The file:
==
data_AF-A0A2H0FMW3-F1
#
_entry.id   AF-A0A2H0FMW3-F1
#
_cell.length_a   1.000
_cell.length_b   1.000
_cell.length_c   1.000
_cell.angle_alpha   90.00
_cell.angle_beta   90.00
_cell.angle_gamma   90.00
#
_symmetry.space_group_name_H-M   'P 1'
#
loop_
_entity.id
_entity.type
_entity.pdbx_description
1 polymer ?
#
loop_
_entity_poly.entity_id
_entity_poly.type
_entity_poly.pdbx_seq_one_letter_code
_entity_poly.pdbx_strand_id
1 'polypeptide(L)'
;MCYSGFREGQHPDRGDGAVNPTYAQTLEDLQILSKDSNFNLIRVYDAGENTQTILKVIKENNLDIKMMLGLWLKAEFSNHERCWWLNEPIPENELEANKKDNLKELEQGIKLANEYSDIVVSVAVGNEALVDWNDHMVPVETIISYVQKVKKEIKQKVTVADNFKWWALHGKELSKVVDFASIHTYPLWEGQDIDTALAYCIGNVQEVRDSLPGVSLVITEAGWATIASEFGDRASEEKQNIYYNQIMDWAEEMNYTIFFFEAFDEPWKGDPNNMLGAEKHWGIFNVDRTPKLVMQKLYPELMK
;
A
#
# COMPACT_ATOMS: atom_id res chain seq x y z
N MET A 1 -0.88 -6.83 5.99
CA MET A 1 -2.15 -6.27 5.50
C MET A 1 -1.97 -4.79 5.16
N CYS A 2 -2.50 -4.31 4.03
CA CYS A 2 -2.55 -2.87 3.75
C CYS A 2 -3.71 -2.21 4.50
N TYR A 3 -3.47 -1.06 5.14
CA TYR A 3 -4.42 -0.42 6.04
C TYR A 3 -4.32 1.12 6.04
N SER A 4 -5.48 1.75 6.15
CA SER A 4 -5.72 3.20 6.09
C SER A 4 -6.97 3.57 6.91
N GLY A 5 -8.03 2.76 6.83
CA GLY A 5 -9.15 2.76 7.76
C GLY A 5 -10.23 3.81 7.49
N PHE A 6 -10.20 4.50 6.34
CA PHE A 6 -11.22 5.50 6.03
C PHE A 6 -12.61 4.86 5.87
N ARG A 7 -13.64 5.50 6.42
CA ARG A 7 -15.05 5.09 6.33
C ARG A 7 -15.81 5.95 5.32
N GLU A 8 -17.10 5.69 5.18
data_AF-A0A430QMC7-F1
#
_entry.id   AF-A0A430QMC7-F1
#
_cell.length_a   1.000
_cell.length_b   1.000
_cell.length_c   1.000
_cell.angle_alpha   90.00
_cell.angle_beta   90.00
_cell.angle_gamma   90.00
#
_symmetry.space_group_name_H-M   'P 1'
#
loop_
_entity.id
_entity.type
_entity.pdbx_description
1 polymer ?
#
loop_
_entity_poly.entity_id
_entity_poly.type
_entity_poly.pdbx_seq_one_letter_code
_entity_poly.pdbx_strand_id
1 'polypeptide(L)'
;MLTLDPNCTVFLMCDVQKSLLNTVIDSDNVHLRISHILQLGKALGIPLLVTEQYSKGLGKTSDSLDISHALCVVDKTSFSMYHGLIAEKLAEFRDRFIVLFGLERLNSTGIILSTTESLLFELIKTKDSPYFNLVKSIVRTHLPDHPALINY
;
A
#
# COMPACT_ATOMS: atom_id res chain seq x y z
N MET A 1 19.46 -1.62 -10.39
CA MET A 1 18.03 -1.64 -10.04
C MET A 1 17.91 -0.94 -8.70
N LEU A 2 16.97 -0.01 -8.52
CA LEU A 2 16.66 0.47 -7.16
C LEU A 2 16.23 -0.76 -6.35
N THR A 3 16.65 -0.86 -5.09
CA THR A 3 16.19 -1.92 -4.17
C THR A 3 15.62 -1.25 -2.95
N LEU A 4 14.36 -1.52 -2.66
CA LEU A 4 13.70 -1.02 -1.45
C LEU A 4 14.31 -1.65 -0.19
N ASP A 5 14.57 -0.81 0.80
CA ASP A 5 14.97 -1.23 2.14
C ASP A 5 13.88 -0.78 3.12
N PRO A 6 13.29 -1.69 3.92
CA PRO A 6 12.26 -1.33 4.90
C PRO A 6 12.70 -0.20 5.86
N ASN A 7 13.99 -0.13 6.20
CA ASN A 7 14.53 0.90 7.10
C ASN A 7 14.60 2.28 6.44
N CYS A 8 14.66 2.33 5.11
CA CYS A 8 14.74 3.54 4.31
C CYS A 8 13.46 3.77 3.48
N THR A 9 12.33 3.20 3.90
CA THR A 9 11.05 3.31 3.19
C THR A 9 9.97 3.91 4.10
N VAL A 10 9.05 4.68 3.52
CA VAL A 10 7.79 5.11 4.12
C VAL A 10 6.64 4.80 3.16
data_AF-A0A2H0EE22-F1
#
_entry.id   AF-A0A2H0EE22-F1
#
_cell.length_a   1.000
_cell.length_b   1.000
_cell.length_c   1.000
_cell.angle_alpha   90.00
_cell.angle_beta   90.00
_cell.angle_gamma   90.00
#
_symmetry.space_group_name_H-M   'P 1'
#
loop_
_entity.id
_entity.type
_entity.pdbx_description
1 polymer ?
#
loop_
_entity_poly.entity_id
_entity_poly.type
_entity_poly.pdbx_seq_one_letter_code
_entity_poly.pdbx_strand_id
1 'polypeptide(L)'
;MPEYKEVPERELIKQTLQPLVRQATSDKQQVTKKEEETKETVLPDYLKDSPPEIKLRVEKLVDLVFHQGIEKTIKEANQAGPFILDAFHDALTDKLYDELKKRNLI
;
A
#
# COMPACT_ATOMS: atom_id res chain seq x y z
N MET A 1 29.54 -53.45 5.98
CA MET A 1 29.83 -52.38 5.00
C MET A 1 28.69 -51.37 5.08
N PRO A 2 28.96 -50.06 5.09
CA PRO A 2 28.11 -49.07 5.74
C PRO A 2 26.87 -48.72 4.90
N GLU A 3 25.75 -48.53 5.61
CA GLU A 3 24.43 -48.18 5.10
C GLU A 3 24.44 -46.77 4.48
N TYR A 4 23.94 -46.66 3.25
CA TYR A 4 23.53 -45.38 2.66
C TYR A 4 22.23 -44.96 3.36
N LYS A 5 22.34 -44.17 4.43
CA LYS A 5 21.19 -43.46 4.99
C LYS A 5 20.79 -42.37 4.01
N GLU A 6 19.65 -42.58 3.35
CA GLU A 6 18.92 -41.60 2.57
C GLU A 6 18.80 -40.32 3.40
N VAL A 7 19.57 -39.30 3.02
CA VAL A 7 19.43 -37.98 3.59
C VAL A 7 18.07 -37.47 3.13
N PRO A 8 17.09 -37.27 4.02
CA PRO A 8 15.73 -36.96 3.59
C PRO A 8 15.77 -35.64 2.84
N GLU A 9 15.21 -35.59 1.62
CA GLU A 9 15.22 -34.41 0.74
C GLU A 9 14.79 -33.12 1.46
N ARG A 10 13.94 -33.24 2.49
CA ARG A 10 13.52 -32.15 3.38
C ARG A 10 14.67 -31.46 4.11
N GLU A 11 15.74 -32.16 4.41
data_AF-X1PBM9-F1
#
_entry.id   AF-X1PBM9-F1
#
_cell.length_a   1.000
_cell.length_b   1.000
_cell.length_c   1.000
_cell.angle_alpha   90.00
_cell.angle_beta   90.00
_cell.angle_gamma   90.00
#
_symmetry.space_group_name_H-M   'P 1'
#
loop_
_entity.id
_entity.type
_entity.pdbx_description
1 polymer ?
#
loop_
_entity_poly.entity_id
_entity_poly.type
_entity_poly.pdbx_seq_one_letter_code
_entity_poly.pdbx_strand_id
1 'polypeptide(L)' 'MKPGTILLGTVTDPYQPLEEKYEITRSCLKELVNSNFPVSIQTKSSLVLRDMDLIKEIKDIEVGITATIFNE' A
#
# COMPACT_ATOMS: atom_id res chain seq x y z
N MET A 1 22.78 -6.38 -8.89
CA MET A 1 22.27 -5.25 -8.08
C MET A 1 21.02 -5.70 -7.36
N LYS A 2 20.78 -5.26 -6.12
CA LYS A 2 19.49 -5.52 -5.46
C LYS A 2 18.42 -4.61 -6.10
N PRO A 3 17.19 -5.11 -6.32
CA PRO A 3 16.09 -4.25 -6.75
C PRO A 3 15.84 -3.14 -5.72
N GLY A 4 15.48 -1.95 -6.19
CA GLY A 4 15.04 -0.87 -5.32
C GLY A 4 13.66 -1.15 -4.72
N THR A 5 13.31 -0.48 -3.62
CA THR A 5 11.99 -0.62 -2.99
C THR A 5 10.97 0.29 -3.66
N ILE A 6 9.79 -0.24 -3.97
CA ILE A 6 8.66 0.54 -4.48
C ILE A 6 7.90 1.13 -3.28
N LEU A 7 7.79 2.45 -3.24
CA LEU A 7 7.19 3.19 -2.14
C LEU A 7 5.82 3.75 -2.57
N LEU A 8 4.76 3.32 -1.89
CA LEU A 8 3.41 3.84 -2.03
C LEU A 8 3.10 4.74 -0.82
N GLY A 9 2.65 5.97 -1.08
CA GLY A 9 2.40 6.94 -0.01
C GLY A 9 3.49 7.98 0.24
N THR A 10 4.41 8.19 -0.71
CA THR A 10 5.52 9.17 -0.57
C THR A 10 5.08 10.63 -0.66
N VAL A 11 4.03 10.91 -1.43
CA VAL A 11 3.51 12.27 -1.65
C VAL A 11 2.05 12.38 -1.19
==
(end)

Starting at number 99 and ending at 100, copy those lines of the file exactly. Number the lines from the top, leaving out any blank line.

CA PRO A 6 12.26 -1.33 4.90
C PRO A 6 12.70 -0.20 5.86